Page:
Prescription Lens Designs for Motorcycling Glasses:
Single Vision - Free- Form Digital
This is the most common selection for people buying motorcycling sunglasses and is for people that only need distance correction. That means that you do not normally have a bifocal or reading segment in your glasses.
Progressive - Free-Form Digital
This lens is best for those who need a reading portion that gradually gets stronger as you look down further in the lens. This is also a 'no-line' design.
Prescription Lens Tint Options for Motorcycling Glasses:
This is your everyday tint that blocks 88% of light while still blocking 100% of harmful UV rays. We can do a standard tint in any color you desire including brown, bronze, grey, rose, yellow, and more.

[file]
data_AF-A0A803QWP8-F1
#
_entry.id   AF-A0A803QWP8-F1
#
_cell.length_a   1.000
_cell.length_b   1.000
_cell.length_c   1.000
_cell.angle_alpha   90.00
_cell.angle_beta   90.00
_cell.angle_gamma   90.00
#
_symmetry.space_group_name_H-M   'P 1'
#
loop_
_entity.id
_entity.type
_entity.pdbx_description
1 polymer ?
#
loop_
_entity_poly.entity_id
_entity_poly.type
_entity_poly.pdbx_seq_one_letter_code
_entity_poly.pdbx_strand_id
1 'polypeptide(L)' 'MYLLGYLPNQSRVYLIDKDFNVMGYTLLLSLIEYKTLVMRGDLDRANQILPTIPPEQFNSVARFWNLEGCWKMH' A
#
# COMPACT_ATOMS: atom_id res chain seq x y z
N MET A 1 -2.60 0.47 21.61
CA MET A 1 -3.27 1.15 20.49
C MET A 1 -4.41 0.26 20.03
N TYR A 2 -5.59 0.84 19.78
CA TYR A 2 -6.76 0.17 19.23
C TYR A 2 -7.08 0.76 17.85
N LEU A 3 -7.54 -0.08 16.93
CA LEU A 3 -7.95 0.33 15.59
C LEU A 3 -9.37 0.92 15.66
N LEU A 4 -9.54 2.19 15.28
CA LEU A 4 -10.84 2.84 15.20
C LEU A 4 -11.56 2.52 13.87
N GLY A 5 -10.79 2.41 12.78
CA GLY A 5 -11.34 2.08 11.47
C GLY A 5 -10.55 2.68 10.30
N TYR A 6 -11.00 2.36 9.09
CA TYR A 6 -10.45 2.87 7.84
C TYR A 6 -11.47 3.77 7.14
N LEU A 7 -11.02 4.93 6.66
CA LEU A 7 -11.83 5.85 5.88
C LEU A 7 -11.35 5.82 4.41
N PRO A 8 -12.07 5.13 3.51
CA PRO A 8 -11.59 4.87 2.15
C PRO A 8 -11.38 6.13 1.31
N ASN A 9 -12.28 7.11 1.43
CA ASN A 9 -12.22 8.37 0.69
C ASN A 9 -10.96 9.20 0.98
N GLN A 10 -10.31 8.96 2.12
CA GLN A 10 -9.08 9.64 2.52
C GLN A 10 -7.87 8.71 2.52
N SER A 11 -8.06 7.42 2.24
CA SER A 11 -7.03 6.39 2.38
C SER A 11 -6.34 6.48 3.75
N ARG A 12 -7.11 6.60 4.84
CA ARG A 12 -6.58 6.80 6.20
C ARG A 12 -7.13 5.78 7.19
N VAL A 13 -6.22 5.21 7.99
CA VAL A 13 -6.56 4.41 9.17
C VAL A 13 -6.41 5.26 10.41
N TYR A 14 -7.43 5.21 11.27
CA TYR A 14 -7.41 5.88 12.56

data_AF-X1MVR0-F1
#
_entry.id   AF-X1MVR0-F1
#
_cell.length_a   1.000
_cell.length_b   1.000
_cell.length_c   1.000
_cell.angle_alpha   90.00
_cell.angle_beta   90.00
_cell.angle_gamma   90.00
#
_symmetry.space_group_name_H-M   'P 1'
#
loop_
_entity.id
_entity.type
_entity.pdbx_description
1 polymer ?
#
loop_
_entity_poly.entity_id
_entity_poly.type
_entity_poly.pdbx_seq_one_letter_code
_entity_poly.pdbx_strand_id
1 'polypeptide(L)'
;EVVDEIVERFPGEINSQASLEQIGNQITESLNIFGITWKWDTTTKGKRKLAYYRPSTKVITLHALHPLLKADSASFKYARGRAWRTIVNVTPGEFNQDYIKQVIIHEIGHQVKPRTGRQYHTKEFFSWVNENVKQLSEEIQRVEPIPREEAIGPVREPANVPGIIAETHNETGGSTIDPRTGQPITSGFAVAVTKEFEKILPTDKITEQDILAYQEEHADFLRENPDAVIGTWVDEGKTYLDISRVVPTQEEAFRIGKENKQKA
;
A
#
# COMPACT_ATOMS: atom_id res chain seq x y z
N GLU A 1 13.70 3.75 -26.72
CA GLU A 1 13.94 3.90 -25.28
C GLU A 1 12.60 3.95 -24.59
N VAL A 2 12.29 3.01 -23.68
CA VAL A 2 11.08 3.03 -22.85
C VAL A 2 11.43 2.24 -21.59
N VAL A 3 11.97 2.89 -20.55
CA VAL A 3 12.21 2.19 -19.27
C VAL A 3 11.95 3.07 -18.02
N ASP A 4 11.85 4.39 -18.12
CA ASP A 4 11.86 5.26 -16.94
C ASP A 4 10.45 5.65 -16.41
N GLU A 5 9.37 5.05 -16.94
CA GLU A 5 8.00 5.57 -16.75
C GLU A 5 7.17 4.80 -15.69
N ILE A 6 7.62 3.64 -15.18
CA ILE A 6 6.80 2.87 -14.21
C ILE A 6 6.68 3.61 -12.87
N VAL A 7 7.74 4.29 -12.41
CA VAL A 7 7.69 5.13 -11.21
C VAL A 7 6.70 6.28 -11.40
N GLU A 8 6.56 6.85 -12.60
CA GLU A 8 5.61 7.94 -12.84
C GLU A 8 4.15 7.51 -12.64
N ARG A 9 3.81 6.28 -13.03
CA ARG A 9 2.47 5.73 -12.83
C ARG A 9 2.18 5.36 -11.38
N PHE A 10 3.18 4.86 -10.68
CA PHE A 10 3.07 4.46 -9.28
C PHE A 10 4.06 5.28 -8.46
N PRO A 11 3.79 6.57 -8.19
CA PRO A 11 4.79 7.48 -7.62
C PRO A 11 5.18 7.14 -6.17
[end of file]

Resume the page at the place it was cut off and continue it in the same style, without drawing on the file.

All polarized lenses are tinted but are not available in any color. We provide grey, bronze, and a green/brown tint in polarized lenses unless you are buying Prescription Oakley Sunglasses that have a much wider polarized lens selection. Read more about the benefits of polarization.
These are the lenses that darken when sunglight hits them. They are available in either grey or brown. They will not darken behind a helmet shield or windshield in a car. You should always add an Anti-Reflective coating to a clear or Transitions lens to prevent the 'halo' effect. We do offer specialty Transitions lenses that darken behind a helmet shield or windshield.
We know that motorcyclists like to go fast and look good doing it. Adding a colored mirror to your lenses that hide your eyes and block a little more light is a popular option. We provide mirrors of just about any color and you will find the options on the page where you purchase your glasses.